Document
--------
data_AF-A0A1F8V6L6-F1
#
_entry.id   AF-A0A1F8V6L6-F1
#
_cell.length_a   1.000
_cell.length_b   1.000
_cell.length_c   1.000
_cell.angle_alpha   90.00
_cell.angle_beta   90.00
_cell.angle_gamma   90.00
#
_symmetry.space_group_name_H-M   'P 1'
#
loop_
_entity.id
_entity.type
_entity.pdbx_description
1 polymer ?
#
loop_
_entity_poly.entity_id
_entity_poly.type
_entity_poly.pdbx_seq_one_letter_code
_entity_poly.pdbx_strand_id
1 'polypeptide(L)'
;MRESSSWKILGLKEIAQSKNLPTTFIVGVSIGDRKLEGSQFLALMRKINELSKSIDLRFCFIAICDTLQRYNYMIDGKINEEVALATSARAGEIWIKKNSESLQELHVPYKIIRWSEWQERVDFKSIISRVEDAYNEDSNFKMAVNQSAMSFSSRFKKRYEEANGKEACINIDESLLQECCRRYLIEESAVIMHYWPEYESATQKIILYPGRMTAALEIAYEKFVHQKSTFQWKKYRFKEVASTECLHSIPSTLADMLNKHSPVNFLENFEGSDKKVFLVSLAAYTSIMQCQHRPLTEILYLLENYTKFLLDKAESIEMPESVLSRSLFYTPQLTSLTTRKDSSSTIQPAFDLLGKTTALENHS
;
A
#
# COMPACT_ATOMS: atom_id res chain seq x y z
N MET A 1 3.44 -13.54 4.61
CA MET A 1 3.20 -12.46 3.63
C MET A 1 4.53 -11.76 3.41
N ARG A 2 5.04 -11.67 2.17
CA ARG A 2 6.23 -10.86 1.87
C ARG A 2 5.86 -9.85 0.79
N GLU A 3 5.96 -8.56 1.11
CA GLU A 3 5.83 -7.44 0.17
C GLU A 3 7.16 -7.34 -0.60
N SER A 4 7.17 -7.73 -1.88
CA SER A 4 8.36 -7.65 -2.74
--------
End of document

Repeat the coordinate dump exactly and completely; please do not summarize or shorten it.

data_AF-A0A1F8V6L6-F1
#
_entry.id   AF-A0A1F8V6L6-F1
#
_cell.length_a   1.000
_cell.length_b   1.000
_cell.length_c   1.000
_cell.angle_alpha   90.00
_cell.angle_beta   90.00
_cell.angle_gamma   90.00
#
_symmetry.space_group_name_H-M   'P 1'
#
loop_
_entity.id
_entity.type
_entity.pdbx_description
1 polymer ?
#
loop_
_entity_poly.entity_id
_entity_poly.type
_entity_poly.pdbx_seq_one_letter_code
_entity_poly.pdbx_strand_id
1 'polypeptide(L)'
;MRESSSWKILGLKEIAQSKNLPTTFIVGVSIGDRKLEGSQFLALMRKINELSKSIDLRFCFIAICDTLQRYNYMIDGKINEEVALATSARAGEIWIKKNSESLQELHVPYKIIRWSEWQERVDFKSIISRVEDAYNEDSNFKMAVNQSAMSFSSRFKKRYEEANGKEACINIDESLLQECCRRYLIEESAVIMHYWPEYESATQKIILYPGRMTAALEIAYEKFVHQKSTFQWKKYRFKEVASTECLHSIPSTLADMLNKHSPVNFLENFEGSDKKVFLVSLAAYTSIMQCQHRPLTEILYLLENYTKFLLDKAESIEMPESVLSRSLFYTPQLTSLTTRKDSSSTIQPAFDLLGKTTALENHS
;
A
#
# COMPACT_ATOMS: atom_id res chain seq x y z
N MET A 1 3.44 -13.54 4.61
CA MET A 1 3.20 -12.46 3.63
C MET A 1 4.53 -11.76 3.41
N ARG A 2 5.04 -11.67 2.17
CA ARG A 2 6.23 -10.86 1.87
C ARG A 2 5.86 -9.85 0.79
N GLU A 3 5.96 -8.56 1.11
CA GLU A 3 5.83 -7.44 0.17
C GLU A 3 7.16 -7.34 -0.60
N SER A 4 7.17 -7.73 -1.88
CA SER A 4 8.36 -7.65 -2.74